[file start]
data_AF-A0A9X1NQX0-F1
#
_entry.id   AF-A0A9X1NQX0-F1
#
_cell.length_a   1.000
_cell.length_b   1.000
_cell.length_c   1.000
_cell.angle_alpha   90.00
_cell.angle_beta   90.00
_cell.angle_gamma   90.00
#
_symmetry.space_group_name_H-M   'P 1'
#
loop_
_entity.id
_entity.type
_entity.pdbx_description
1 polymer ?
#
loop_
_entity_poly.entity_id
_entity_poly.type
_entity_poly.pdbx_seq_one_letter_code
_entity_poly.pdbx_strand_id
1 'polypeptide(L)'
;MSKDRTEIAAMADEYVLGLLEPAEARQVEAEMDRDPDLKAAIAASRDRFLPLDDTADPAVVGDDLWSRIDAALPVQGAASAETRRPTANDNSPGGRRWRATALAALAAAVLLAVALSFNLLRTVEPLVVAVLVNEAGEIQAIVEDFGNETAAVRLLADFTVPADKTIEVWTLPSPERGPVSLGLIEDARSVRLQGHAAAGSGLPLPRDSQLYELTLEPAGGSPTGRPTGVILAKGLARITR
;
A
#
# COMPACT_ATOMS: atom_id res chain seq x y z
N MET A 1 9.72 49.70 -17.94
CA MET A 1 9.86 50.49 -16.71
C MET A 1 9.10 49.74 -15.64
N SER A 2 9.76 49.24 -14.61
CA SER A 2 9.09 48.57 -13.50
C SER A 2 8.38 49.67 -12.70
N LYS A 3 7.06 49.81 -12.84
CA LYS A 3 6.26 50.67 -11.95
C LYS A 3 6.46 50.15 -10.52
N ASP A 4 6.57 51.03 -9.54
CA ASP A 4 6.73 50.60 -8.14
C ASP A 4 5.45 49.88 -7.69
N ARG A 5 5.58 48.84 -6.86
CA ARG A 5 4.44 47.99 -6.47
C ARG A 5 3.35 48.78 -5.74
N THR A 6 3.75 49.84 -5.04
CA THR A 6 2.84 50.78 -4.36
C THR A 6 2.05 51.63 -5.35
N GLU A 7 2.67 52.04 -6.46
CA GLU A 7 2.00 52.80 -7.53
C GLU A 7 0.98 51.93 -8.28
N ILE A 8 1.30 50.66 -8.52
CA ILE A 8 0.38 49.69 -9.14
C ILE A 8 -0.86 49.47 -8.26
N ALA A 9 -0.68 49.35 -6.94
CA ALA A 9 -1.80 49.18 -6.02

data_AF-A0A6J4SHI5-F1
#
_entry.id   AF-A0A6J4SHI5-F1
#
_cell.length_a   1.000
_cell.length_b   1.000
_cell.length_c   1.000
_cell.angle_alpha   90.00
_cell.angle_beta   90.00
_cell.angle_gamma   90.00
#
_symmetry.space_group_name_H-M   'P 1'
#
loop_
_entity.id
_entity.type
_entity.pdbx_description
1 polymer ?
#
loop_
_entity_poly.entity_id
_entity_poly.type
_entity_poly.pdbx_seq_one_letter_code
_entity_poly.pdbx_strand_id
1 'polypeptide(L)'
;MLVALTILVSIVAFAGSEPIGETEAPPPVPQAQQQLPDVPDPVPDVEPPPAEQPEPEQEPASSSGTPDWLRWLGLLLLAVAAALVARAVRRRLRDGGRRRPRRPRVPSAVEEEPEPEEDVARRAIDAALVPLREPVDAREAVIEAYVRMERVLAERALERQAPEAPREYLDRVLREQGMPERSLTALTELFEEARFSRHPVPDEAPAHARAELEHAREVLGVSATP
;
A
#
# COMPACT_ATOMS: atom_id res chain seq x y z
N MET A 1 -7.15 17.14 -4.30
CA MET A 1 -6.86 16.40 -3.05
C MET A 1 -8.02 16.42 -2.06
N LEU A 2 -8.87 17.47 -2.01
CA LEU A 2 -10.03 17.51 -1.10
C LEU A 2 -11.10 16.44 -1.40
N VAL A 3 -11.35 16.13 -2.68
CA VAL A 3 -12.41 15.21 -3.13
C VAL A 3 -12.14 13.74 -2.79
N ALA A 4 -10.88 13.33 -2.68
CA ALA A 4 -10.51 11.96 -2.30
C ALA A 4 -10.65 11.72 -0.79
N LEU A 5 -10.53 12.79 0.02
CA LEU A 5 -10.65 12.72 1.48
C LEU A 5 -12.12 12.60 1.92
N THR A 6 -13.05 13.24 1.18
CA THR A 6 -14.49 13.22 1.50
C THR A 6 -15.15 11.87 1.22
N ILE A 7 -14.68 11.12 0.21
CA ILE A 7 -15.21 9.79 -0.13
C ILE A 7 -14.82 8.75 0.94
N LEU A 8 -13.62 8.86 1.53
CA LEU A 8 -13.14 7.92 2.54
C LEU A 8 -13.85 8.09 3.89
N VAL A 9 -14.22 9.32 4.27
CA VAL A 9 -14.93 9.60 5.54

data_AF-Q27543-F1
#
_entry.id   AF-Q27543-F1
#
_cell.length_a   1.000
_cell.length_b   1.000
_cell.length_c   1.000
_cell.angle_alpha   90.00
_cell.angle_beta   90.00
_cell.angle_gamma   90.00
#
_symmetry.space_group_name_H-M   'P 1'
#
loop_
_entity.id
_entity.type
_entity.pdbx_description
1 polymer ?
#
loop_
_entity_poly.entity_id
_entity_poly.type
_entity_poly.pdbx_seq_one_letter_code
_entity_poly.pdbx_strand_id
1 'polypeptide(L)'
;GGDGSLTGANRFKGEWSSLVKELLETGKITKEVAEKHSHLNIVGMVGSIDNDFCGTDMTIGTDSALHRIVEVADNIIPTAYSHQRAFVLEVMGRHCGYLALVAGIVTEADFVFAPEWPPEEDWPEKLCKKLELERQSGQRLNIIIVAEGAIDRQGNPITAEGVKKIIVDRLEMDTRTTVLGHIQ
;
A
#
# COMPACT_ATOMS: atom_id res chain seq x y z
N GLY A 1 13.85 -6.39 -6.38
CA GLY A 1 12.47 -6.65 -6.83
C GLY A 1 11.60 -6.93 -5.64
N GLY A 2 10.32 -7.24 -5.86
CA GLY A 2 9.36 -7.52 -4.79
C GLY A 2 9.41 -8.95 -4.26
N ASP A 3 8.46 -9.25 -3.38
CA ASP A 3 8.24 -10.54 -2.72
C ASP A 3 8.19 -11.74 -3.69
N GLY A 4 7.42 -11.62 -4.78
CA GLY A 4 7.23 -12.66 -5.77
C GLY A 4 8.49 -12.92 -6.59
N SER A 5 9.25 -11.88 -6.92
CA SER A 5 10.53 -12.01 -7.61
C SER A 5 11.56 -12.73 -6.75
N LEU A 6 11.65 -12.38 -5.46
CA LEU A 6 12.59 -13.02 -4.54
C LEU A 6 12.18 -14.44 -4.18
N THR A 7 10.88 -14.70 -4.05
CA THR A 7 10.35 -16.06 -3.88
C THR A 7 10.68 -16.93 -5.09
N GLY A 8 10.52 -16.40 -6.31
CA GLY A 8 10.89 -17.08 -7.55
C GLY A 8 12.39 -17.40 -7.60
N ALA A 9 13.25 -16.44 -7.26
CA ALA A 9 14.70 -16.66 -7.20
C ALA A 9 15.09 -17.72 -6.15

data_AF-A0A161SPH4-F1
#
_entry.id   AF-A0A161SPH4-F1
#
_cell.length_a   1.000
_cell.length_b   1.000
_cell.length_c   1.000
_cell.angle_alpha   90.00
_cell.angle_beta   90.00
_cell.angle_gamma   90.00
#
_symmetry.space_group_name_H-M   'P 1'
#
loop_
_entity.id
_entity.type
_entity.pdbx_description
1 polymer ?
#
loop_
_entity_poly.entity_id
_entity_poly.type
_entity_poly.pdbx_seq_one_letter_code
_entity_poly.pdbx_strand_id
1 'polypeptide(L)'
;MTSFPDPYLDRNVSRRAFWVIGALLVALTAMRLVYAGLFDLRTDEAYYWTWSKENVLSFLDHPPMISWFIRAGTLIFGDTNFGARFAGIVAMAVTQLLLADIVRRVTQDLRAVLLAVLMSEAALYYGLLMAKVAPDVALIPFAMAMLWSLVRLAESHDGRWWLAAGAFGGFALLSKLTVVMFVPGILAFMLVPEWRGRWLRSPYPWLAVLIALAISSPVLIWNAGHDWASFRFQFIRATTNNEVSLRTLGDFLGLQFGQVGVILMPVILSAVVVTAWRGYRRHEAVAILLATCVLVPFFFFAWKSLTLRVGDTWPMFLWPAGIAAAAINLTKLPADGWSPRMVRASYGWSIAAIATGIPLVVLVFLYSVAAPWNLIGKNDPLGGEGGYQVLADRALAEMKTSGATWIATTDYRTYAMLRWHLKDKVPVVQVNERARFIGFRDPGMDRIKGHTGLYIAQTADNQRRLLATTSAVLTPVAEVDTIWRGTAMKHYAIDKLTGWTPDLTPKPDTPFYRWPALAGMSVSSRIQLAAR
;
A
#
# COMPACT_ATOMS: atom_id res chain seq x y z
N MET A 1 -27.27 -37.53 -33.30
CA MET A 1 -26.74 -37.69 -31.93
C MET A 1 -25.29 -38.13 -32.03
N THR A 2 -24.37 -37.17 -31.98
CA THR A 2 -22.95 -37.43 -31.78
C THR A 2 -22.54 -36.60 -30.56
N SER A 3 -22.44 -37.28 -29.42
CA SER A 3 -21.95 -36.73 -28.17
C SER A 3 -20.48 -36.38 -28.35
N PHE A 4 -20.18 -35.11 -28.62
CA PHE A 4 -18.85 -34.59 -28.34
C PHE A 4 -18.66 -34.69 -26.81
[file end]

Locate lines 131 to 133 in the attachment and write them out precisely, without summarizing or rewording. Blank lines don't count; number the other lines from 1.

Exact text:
#
loop_
_entity_poly.entity_id